Mr Odendall confirmed that there is extensive research happening in Kruger Park. The rivers are drying up in that area because of over use. This problem and area have received extensive research.
Mr Phala (ANC) asked if there was anyone trying to purify seawater for human or animal use.
As mentioned previously, Mr Odendall confirmed that there are technologies being developed to purify salt water. Unfortunately, these techniques are extremely expensive.
Another member asked if the WRC is researching the mineralisation of rivers.
Mr Odendall confirmed that many projects regarding mineralisation have been funded. Salt build up is a major concern but there is research being done here.
It was asked if while calculating the 2020-2030 date if the decrease of the population due to AIDS was taken into account?
The impact of AIDS was not factored in while calculating the 2020-2030 dates. With the worst case scenario AIDS will drastically cut the population and the 2020-2030 dates will be pushed ahead. However, as stated before, the water shortage is something that is sure to happen. AIDS will not stop this process, although it may slow it down.
Another member asked about the impact of pre-paid meters on water conservation.
The results of the pre-paid metres have been varied. In KwaZulu-Natal for example, they have been unsuccessful. In the Free State, on the other hand, they have been extremely successful. The WRC is funding studies to find out what has caused the difference.
The Chairperson, Ms Sonjica (ANC) asked how South Africa could go about privatisation.
Mr Odendall admitted that the WRC had done very little research into privatisation and that they had very little information on this issue.
Finally, the committee wanted to know about the successes the WRC has had in its research.
Mr Odendall told the committee about a book that was published in 1996 that has all of the successes of the WRC to that date. He offered to mail it to the committee. In the mean time, he explained that the commission has success in: developing accurate ways of measuring rainfall; pioneering leak detection; developing a financial investment model now used for all local authorities; and developing methodologies for locating ground water.
Briefing by Dr. Mokeyane on the Budget of the Department
Dr Mokeyane presented the committee with several statistics regarding the Department’s budget. The main three accounts discussed were:
Exchequer Account (total R 2 599 632 000)
Water Trading Account (total R 2 277 460 000)
Industrial Plantation Trading Account (total R 365 418 000)
Dr Mokeyane then gave the breakdown for eight programmes including:
Administration (total R 118 625 000)
Water Resource Assessment (total R 68 765 000)
Water Resource Planning (total R 100 649 000)
Water Resource Development (total R 316 111 000)
Regional Implementation (total R 1 468 106 000)
Integrated Water Resource Management (total R 82 006 000)
Water Services (total R 80 603 000)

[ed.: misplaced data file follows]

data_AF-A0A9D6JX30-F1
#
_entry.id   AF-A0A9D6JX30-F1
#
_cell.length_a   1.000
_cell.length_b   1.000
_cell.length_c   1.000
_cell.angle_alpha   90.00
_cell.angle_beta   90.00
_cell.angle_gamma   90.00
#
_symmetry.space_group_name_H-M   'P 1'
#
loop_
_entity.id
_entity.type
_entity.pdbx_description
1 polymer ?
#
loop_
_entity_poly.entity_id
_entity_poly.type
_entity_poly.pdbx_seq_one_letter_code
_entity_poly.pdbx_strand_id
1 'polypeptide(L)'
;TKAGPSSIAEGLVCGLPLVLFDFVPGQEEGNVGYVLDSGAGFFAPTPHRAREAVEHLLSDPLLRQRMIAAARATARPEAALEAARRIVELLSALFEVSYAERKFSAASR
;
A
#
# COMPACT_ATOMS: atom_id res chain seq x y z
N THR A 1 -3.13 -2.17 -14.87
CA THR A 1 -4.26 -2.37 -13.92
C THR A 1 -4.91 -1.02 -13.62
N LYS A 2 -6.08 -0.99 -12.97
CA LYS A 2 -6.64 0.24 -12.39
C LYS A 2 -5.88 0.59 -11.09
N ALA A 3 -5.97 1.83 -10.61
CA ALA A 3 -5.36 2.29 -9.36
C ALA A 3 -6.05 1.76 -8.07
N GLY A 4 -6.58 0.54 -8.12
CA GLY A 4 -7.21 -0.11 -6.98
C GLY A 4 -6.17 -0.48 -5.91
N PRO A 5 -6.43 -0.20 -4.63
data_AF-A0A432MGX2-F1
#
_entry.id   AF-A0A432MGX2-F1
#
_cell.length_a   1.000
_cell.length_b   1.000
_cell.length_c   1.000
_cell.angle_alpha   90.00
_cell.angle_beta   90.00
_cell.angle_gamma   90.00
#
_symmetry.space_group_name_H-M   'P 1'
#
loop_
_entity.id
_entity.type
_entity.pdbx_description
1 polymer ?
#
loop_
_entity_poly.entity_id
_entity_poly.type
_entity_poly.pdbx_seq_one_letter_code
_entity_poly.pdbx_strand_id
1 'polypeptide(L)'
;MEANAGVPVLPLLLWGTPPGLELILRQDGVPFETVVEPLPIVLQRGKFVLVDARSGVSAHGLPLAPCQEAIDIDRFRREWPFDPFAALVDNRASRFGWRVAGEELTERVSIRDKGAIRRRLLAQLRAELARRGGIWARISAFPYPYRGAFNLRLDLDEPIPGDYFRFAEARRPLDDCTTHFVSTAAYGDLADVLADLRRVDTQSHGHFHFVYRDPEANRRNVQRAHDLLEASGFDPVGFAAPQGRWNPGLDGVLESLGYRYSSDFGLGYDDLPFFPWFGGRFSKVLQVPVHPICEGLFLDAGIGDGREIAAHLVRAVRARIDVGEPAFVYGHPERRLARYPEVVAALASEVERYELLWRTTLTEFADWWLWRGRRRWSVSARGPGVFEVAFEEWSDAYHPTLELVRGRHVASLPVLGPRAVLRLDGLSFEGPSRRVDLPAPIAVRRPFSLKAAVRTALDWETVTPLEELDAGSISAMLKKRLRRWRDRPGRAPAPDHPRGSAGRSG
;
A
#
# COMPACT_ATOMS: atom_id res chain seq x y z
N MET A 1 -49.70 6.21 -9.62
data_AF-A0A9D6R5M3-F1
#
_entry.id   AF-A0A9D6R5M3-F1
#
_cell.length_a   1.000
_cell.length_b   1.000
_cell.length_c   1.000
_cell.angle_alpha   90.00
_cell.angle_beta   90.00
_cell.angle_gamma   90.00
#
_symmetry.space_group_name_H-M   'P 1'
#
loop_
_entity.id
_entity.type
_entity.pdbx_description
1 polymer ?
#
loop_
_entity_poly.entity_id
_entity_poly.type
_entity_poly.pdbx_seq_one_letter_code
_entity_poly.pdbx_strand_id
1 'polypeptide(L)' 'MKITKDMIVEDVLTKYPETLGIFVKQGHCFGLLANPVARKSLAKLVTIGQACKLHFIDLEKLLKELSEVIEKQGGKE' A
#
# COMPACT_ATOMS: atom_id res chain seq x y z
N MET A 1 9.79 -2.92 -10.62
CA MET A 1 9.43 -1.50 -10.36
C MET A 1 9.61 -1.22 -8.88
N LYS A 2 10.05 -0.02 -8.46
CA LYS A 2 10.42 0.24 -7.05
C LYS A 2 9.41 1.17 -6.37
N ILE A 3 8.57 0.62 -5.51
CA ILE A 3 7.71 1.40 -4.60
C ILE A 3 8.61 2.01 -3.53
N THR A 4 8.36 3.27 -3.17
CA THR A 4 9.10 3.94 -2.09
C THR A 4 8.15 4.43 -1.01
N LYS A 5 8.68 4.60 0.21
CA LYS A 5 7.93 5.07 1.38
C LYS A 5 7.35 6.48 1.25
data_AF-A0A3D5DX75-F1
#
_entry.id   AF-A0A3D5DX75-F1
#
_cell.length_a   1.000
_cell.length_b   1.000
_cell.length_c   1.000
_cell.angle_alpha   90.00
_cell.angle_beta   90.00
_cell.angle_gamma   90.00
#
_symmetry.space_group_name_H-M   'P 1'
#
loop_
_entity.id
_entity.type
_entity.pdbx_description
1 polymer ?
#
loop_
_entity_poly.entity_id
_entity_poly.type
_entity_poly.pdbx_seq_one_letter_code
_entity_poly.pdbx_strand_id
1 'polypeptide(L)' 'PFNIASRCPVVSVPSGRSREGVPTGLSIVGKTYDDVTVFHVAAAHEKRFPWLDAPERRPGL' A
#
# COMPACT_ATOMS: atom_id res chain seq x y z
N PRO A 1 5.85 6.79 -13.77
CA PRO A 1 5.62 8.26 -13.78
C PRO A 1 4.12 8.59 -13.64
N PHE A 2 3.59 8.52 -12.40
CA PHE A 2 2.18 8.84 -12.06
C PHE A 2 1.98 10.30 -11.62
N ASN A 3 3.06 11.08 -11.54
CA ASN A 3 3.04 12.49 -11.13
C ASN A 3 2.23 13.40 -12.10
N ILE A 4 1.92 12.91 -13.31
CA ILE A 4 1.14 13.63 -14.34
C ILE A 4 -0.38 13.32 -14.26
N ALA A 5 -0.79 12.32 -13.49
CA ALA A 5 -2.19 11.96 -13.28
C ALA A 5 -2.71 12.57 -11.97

Forestry (total R 364 767 000)
All of these accounts and programmes were broken down into different sections including: transfer payments; miscellaneous expenditure; personnel expenditure; administrative expenditure; stores and livestock; equipment; land and buildings; and professional and special services. More details on the breakdown of these statistics can be found on the Department’s website at www-dwaf.gov.za.
Questions by members
A member asked where the people who are qualified for professional and personal experience pick up their skills. They wanted to know if it was through school or in government departments. The member also wanted to know where their expertise was practised.
Dr Mokeyane explained that expertise accumulated from a lot of different areas. For example, academic experience and experience in government service. There are a number of professionals who left the Department and then returned as consultants.
Another member asked who constitutes as the professionals. They wanted to know if there is any transformation among these professionals.
Dr Mokeyane answered that the professionals are the same people just mentioned. There is a roster of consultants, which is not as representative as the Department would like, but it is improving. Transformation is beginning to happen. This is not an easy matter, but there is progress being made.
Another member asked if there has been a loss of expertise in the Department because of a policy of transformation?
In response, Dr Mokeyane said that there has been no loss of expertise due to transformation. Many people have left the Department only to return as consultants. It is a much healthier working environment to work as a consultant. Consultants work fewer hours and make more money.
Prof Ngubane (IFP) asked why stores and livestock are grouped as one category.
The reply was that store and livestock, are grouped together simply because historically that is the way it has been done in the Department
Finally, the committee wanted to know what processes are in place to find qualified personnel.
Dr Mokeyane answered that there are advertisements for new positions.